U.S. lawmakers plan to start implementing parts of the U.S. Federal Communications Commission's new national broadband plan soon by introducing legislation to pay for a nationwide wireless broadband network for public safety agencies, one lawmaker said Thursday.
Representative Henry Waxman, a California Democrat and chairman of the House Energy and Commerce Committee, said he will introduce legislation that would implement the FCC's recommendations for a nationwide wireless broadband network for public safety agencies such as police and fire departments. Waxman has already asked his staff to begin drafting the legislation although the broadband plan has been out for just nine days, he said during a subcommittee hearing.
"Significant funding" will be necessary for the nationwide network, and the committee will need support from both Democrats and Republicans to move forward, Waxman said.
The broadband plan recommends that Congress allocate US$12 billion to $16 billion over the next 10 years to build and maintain a nationwide network, although some people in the wireless industry have suggested those estimates are too low.
Waxman noted that there's a "strong disagreement" about what to do with the so-called D block of the 700MHz spectrum that was originally envisioned by the FCC for shared commercial/public safety service. Several public safety groups have asked the FCC to turn over the D block to them after it failed to sell in an auction that ended in early 2008.
But Congress and the FCC can keep the costs of building a nationwide public safety network down by moving quickly and funding it at the same time mobile carriers are rolling out 4G networks, said Julius Genachowski, the FCC's chairman. "To move forward on this now, while commercial 4G networks are being built out, is the least expensive way to make sure that we build a public safety network," he said. "If we wait, the price will only go up."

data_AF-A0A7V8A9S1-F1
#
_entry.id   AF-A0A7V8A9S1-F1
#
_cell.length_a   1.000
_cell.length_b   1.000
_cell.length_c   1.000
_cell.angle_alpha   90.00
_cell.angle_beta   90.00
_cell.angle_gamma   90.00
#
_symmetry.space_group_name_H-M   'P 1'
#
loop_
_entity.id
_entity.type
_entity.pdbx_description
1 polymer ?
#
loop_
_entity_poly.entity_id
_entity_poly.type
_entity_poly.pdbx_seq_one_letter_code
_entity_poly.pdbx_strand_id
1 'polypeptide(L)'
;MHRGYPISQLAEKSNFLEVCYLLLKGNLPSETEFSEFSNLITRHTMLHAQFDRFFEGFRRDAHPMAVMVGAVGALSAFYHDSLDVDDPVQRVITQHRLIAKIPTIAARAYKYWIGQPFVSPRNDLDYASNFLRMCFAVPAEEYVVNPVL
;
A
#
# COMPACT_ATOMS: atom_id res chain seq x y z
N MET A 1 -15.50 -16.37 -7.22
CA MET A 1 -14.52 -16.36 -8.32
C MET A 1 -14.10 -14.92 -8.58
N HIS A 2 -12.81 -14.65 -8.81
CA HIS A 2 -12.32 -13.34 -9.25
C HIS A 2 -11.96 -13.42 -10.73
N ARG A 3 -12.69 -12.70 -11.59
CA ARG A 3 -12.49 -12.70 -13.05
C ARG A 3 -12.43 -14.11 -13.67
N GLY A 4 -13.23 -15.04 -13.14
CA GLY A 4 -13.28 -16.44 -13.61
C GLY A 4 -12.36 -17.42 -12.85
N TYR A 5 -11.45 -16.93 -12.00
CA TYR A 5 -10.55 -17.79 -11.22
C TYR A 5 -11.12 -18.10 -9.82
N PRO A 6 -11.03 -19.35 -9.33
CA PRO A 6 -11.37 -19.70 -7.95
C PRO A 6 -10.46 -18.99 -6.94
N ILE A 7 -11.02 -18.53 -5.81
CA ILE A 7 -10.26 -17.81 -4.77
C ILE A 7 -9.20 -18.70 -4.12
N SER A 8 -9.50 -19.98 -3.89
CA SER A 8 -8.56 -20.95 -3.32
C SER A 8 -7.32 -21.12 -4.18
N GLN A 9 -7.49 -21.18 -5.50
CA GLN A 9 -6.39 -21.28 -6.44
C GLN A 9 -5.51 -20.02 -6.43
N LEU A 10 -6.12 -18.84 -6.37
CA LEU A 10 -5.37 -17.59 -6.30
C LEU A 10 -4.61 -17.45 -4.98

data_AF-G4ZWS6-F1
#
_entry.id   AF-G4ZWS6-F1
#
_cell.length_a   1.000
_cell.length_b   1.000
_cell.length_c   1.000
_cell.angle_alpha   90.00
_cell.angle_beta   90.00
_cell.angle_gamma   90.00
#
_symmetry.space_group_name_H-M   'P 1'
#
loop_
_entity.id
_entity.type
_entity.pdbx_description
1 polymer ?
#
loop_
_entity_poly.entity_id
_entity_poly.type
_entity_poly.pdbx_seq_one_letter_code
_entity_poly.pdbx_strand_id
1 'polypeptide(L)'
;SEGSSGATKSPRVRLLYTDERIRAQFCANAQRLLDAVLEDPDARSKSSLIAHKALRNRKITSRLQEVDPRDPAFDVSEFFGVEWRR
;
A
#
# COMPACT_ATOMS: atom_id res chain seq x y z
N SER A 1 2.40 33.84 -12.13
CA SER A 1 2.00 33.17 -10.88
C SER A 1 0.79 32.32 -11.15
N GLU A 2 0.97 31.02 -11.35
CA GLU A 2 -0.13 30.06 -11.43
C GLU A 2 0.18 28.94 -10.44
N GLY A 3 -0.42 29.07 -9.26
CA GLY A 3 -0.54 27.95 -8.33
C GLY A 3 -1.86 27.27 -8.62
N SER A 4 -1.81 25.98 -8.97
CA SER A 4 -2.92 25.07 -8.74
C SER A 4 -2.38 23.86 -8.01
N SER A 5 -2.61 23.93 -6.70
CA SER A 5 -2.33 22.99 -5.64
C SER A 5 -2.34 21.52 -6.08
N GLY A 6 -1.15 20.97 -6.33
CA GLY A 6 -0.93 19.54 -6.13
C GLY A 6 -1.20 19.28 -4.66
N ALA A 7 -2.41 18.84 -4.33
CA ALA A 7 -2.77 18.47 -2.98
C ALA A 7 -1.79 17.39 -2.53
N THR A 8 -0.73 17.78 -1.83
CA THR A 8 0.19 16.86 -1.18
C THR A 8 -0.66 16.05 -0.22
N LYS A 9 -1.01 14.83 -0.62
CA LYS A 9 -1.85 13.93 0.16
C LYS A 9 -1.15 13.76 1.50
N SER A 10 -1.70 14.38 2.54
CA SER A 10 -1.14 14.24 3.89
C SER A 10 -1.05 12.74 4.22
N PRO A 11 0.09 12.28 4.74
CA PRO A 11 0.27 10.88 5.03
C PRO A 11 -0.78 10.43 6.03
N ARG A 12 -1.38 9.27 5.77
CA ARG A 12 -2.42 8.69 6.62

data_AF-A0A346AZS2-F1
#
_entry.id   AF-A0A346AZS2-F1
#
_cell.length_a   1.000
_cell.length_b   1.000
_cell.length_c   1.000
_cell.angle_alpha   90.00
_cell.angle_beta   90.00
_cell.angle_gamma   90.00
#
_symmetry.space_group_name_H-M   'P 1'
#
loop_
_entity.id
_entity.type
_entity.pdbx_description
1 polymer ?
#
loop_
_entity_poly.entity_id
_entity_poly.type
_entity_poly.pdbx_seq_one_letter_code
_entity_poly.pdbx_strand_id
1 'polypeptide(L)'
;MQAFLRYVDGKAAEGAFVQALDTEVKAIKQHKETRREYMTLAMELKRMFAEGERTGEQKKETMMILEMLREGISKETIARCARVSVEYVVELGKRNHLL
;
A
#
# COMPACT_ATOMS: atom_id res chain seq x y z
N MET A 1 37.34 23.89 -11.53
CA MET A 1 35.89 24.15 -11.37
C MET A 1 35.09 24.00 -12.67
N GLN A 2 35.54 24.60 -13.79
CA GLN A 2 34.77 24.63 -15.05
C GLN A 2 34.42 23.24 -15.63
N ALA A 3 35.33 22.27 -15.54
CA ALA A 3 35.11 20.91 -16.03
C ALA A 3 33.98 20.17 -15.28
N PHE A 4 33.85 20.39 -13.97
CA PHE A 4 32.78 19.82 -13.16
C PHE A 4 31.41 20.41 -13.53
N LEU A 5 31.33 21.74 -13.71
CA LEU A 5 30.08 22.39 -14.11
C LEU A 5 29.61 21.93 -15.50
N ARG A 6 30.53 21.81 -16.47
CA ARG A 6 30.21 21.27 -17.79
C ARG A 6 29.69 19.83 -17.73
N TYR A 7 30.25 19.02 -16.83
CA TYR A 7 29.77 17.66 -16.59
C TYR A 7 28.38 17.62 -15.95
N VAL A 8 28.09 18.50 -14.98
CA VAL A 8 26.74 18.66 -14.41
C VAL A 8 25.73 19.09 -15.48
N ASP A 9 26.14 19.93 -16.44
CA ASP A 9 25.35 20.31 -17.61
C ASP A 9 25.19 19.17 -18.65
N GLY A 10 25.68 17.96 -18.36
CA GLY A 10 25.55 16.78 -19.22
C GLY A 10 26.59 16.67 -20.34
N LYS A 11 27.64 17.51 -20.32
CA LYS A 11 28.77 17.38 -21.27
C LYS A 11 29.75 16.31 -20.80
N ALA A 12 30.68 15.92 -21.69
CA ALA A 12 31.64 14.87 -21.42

Representative Rick Boucher, a Virginia Democrat and chairman of the committee's technology and Internet subcommittee, told FCC members that he supports the broadband plan's proposal asking Congress to pay for the public safety network. Boucher suggested that the FCC auction off the so-called D block of the 700MHz spectrum, freed up when television stations moved to all-digital broadcasts last June, and use the money to help fund equipment and expenses for the nationwide network.
The broadband plan's proposal to sell off the D block is "on the right track," Boucher said.
"It's essential that when they converge from different localities upon the scene of a disaster, that fire, police and rescue be able to communicate one with the other," Boucher said. "We're 10 years beyond 9/11, and that capability does not exist on a nationwide basis."
Public safety officials and U.S. lawmakers have been calling for a nationwide mobile broadband network since the Sept. 11 terrorist attacks on the U.S., during which the multiple public safety agencies responding to the attacks couldn't communicate with each other.
Congress, in late 2005, passed legislation requiring U.S. TV stations to move to all-digital broadcasts and abandon analog spectrum between channels 52 and 69. Much of the cleared spectrum, in the 700MHz band, was sold in auctions that ended in March 2008, but the D block failed to sell.
Boucher, however, questioned recommendations in the broadband plan that would require the winner of the D block and other portions of the 700MHz spectrum to share their spectrum with public safety agencies when it's needed.
The goal wouldn't be to put "onerous" conditions on spectrum holders but to allow a nationwide network to finally be put in place, Genachowski said.